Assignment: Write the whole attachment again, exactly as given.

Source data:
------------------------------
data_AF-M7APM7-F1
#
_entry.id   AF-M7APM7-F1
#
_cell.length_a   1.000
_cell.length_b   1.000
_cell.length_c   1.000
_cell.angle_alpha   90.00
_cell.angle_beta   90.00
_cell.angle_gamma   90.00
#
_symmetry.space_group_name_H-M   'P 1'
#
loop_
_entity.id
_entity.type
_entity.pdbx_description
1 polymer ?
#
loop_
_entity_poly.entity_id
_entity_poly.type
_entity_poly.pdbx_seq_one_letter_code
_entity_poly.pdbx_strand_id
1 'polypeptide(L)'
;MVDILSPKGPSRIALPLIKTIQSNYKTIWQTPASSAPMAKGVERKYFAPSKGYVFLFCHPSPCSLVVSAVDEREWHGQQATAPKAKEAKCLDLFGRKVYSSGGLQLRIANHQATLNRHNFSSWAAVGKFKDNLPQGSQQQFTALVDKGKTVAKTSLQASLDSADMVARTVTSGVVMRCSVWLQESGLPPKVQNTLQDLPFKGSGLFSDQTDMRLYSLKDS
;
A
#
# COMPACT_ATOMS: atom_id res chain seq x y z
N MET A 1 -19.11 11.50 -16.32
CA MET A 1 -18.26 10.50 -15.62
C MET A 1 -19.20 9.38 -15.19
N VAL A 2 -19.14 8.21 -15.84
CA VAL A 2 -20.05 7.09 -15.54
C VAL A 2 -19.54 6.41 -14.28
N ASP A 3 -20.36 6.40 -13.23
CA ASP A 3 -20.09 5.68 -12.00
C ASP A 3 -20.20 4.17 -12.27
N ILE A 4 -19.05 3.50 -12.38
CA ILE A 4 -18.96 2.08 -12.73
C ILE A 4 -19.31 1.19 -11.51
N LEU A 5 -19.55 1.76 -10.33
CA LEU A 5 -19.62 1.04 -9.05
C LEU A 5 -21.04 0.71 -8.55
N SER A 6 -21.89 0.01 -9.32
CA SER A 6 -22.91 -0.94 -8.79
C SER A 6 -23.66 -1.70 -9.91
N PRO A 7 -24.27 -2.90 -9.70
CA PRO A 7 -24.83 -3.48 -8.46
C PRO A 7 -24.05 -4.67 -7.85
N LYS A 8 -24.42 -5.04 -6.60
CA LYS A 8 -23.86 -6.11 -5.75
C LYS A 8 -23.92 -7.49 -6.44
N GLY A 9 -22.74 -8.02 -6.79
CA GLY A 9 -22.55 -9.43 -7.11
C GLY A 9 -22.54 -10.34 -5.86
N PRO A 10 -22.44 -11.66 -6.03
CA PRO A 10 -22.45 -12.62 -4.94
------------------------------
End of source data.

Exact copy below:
data_AF-M7APM7-F1
#
_entry.id   AF-M7APM7-F1
#
_cell.length_a   1.000
_cell.length_b   1.000
_cell.length_c   1.000
_cell.angle_alpha   90.00
_cell.angle_beta   90.00
_cell.angle_gamma   90.00
#
_symmetry.space_group_name_H-M   'P 1'
#
loop_
_entity.id
_entity.type
_entity.pdbx_description
1 polymer ?
#
loop_
_entity_poly.entity_id
_entity_poly.type
_entity_poly.pdbx_seq_one_letter_code
_entity_poly.pdbx_strand_id
1 'polypeptide(L)'
;MVDILSPKGPSRIALPLIKTIQSNYKTIWQTPASSAPMAKGVERKYFAPSKGYVFLFCHPSPCSLVVSAVDEREWHGQQATAPKAKEAKCLDLFGRKVYSSGGLQLRIANHQATLNRHNFSSWAAVGKFKDNLPQGSQQQFTALVDKGKTVAKTSLQASLDSADMVARTVTSGVVMRCSVWLQESGLPPKVQNTLQDLPFKGSGLFSDQTDMRLYSLKDS
;
A
#
# COMPACT_ATOMS: atom_id res chain seq x y z
N MET A 1 -19.11 11.50 -16.32
CA MET A 1 -18.26 10.50 -15.62
C MET A 1 -19.20 9.38 -15.19
N VAL A 2 -19.14 8.21 -15.84
CA VAL A 2 -20.05 7.09 -15.54
C VAL A 2 -19.54 6.41 -14.28
N ASP A 3 -20.36 6.40 -13.23
CA ASP A 3 -20.09 5.68 -12.00
C ASP A 3 -20.20 4.17 -12.27
N ILE A 4 -19.05 3.50 -12.38
CA ILE A 4 -18.96 2.08 -12.73
C ILE A 4 -19.31 1.19 -11.51
N LEU A 5 -19.55 1.76 -10.33
CA LEU A 5 -19.62 1.04 -9.05
C LEU A 5 -21.04 0.71 -8.55
N SER A 6 -21.89 0.01 -9.32
CA SER A 6 -22.91 -0.94 -8.79
C SER A 6 -23.66 -1.70 -9.91
N PRO A 7 -24.27 -2.90 -9.70
CA PRO A 7 -24.83 -3.48 -8.46
C PRO A 7 -24.05 -4.67 -7.85
N LYS A 8 -24.42 -5.04 -6.60
CA LYS A 8 -23.86 -6.11 -5.75
C LYS A 8 -23.92 -7.49 -6.44
N GLY A 9 -22.74 -8.02 -6.79
CA GLY A 9 -22.55 -9.43 -7.11
C GLY A 9 -22.54 -10.34 -5.86
N PRO A 10 -22.44 -11.66 -6.03
CA PRO A 10 -22.45 -12.62 -4.94